Seniors Scramble as College Process is Turned Upside Down

Anna Torok


The college process is difficult enough, so the COVID-19 outbreak has only added stress and complications to already existing anxieties. When the United States shut down in March, many factors colleges take into consideration were halted. Standardized testing including the ACT and SAT were cancelled and Advanced Placement tests were converted to shorter online exams. With classes being online many high schools changed their grading policy to pass or fail and students missed out on semesters of extracurriculars. The alteration of essential aspects of an application left colleges questioning how they can evaluate an applicant. 

Many colleges and universities have now become test optional. Schools such as Auburn, Barnard, Emory, Fordham, and hundreds more no longer require an ACT or SAT score. While there is no penalty for not submitting a score, an applicant can send one if they feel it can benefit their application. Kedra Ishop, the vice president of enrollment management at the University of Southern California, asks applicants to send whatever they think best represents them as a student. Now that some high schools have a pass/fall policy and others have kept their grading the same, it is difficult to compare students when they are all on different systems. Since test scores and grades are up in the air, other aspects of the application are going to hold more weight. Students will also be missing extracurriculars, volunteering, and sports from the time the country was in lockdown. As a result, colleges and universities are going to be taking a closer look at essays and the rigor of the classes they took.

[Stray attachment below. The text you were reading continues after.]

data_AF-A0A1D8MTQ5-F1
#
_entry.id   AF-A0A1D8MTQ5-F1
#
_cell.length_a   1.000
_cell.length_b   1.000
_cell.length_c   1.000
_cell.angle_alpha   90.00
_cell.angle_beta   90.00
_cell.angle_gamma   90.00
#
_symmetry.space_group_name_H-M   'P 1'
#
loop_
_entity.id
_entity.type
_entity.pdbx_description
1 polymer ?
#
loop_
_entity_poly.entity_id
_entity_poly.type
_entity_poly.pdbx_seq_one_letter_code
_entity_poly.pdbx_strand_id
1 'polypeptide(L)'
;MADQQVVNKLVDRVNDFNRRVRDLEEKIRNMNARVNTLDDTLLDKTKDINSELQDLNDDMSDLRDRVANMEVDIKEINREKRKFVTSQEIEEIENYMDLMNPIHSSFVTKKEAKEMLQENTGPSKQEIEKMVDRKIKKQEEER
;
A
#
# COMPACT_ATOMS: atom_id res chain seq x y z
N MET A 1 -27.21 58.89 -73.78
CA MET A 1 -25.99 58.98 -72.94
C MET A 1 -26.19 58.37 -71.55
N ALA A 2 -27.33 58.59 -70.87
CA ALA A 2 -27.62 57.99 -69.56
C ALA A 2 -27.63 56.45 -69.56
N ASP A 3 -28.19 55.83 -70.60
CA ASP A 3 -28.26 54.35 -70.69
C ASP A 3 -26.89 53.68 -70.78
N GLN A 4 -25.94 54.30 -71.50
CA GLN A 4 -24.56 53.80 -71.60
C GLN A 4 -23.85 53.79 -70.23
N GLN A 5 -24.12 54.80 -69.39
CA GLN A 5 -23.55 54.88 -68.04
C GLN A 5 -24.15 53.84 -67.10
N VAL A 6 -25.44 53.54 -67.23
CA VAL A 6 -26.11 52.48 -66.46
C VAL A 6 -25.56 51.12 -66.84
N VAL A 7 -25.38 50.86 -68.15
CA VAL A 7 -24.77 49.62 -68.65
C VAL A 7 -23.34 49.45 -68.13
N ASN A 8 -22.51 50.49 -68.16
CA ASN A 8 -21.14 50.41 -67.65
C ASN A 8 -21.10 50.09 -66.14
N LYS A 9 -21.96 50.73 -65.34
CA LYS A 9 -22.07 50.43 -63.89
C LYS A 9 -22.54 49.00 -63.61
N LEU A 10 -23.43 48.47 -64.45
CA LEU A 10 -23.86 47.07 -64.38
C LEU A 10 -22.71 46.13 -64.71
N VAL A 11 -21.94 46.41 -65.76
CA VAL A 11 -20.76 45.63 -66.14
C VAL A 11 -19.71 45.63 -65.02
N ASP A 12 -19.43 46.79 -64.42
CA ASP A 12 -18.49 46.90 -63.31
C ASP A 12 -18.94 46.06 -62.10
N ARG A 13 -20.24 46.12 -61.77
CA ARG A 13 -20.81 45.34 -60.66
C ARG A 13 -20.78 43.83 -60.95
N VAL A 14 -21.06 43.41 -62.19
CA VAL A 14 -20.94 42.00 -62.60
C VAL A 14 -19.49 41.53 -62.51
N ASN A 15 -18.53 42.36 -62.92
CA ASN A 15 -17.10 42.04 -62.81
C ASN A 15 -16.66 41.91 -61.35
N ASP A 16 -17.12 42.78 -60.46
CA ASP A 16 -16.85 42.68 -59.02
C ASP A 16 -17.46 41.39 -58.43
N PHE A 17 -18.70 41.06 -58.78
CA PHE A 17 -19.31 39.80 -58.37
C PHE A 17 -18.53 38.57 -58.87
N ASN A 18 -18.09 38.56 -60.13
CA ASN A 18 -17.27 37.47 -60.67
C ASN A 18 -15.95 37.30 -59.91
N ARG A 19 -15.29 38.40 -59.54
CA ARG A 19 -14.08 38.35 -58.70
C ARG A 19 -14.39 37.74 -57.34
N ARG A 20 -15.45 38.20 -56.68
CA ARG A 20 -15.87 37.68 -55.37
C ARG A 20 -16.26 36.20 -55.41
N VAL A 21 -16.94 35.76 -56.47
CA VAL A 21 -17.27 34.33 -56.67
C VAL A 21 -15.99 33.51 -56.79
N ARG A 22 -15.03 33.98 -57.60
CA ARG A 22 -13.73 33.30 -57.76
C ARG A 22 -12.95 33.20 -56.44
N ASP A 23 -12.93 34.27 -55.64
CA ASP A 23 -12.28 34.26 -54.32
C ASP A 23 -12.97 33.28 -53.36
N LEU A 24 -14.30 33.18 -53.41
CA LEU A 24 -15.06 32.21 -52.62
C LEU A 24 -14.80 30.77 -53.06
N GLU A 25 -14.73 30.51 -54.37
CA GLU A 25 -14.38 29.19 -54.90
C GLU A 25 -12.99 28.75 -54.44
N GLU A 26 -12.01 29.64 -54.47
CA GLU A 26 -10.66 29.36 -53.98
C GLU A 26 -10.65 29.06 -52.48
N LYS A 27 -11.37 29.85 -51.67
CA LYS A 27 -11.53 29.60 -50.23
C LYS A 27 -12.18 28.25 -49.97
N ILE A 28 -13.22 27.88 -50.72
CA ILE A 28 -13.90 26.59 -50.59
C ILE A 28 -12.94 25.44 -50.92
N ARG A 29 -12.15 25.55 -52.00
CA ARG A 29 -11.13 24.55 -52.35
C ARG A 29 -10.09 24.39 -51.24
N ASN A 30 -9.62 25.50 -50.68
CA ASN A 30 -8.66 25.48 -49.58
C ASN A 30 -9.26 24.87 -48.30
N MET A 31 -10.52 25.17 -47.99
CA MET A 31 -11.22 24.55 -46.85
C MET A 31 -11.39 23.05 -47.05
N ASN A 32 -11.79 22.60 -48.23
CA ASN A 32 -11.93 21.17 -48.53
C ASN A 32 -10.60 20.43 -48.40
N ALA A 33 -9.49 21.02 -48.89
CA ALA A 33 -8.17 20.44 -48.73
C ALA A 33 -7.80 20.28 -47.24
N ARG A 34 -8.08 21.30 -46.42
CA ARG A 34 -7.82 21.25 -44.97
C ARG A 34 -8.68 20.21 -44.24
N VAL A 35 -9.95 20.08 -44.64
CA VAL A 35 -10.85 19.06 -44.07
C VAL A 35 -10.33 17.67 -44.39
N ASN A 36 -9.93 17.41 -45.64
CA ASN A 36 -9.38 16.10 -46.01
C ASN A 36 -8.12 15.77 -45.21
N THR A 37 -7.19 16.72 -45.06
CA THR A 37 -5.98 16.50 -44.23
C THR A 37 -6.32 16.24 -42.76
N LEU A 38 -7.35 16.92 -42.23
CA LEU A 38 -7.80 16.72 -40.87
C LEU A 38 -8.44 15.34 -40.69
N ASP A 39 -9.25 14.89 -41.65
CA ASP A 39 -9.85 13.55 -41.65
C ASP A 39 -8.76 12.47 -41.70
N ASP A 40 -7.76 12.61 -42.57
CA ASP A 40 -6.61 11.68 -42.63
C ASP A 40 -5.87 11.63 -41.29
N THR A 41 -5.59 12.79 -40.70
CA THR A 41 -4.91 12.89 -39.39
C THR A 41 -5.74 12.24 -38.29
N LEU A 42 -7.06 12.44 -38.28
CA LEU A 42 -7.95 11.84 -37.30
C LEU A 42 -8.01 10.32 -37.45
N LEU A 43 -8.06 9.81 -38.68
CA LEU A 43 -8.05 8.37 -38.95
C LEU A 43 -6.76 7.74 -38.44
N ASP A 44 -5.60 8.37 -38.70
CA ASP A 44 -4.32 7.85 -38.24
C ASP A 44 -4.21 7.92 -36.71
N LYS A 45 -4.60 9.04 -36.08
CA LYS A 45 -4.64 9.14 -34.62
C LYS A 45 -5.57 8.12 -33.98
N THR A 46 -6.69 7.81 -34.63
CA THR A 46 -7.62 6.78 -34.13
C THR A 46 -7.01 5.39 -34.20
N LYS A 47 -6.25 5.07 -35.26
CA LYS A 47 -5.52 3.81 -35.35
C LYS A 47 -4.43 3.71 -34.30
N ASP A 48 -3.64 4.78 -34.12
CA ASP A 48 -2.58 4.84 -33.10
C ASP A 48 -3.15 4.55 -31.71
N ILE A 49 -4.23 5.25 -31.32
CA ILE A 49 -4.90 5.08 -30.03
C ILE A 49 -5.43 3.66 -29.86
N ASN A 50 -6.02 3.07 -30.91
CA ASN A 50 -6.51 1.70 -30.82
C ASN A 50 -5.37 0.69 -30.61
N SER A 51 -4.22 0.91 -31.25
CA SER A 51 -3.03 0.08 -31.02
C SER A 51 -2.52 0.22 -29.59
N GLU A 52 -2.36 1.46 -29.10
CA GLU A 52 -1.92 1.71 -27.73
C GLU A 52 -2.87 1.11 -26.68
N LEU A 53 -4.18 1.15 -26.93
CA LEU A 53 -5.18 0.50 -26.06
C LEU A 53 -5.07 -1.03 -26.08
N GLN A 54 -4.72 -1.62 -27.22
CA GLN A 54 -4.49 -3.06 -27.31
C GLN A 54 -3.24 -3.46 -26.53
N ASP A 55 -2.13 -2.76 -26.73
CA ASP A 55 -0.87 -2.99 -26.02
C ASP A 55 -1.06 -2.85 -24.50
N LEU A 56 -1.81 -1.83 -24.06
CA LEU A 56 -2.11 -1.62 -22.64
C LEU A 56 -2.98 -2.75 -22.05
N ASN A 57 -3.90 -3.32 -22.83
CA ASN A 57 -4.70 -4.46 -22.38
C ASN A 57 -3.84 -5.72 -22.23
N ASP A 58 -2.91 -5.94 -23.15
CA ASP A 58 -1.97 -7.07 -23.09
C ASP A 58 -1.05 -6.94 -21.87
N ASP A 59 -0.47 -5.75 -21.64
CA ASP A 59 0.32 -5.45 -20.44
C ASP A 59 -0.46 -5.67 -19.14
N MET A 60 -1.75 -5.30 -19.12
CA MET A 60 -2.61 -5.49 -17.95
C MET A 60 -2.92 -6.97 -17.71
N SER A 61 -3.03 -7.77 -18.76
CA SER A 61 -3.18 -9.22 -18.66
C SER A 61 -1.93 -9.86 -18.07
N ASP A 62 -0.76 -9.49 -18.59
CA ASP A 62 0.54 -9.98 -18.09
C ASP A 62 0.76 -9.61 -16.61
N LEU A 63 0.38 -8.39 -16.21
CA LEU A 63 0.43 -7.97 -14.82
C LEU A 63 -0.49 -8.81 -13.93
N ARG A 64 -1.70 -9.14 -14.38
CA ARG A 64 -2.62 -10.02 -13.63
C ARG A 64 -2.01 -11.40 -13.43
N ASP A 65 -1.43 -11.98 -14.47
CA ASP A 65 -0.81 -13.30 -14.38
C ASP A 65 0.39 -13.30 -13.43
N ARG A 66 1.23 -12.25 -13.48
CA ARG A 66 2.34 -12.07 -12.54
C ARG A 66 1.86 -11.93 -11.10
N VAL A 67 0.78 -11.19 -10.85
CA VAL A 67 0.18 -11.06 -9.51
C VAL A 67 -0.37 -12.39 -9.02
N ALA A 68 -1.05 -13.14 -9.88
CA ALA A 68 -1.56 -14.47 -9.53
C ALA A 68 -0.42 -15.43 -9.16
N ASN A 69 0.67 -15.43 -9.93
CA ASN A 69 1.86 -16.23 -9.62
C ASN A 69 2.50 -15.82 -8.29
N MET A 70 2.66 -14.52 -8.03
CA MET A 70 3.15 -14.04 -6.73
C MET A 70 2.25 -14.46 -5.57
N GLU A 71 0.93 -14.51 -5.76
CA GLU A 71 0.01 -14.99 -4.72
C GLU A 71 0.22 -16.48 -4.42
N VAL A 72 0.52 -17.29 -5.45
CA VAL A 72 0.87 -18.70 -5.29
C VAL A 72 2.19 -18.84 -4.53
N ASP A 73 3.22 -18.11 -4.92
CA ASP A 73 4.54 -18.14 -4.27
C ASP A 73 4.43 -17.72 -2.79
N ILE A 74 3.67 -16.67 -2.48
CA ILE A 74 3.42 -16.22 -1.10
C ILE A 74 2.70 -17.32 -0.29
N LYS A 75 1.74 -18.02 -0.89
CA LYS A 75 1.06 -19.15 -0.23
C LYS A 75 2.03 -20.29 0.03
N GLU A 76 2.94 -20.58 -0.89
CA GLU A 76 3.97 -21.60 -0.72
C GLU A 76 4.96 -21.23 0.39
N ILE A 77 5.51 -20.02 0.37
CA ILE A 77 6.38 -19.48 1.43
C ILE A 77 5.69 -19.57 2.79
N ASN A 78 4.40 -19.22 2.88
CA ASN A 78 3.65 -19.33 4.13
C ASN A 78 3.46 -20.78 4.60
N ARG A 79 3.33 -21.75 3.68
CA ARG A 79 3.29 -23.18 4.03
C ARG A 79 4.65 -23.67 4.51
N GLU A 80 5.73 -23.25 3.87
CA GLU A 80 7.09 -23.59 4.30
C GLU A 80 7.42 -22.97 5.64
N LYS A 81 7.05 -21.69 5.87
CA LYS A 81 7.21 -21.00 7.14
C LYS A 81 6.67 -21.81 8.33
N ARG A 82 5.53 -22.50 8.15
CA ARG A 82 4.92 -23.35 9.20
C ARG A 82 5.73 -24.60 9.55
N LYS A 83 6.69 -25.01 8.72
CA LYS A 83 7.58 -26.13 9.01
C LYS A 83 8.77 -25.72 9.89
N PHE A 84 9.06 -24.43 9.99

With the application process being turned upside down, colleges have given applicants the opportunity to share about their experience with the virus. The Common Application has added a 650 word prompt where one can discuss the challenges they personally faced. However, many college advisors are recommending not completing the prompt. Jeff Schiffman, director of undergraduate admissions at Tulane University shares that this prompt has become a revolving door of the same answers that no admissions officer wants to read after living through the virus for months. They do not want the responses to be redundant so applicants should fill out this section only if they have extenuating circumstances. 

Back in March, schools closed their campuses to visits, dorm stays, and classroom observations. Prospective students use these experiences to gauge which schools they want to apply to and eventually where they want to study. Many applicants now have to apply without ever stepping foot on campus. Colleges and universities have tried to combat this by increasing online engagement. They have begun virtual tours, online information sessions, and webinars with current students. With these circumstances, it is more important than ever for prospective students to research the schools they are applying to. 

Both college admissions and prospective students have to rethink how they are approaching this year’s applications and tours. New policies and updates for schools can always be found on the school’s website or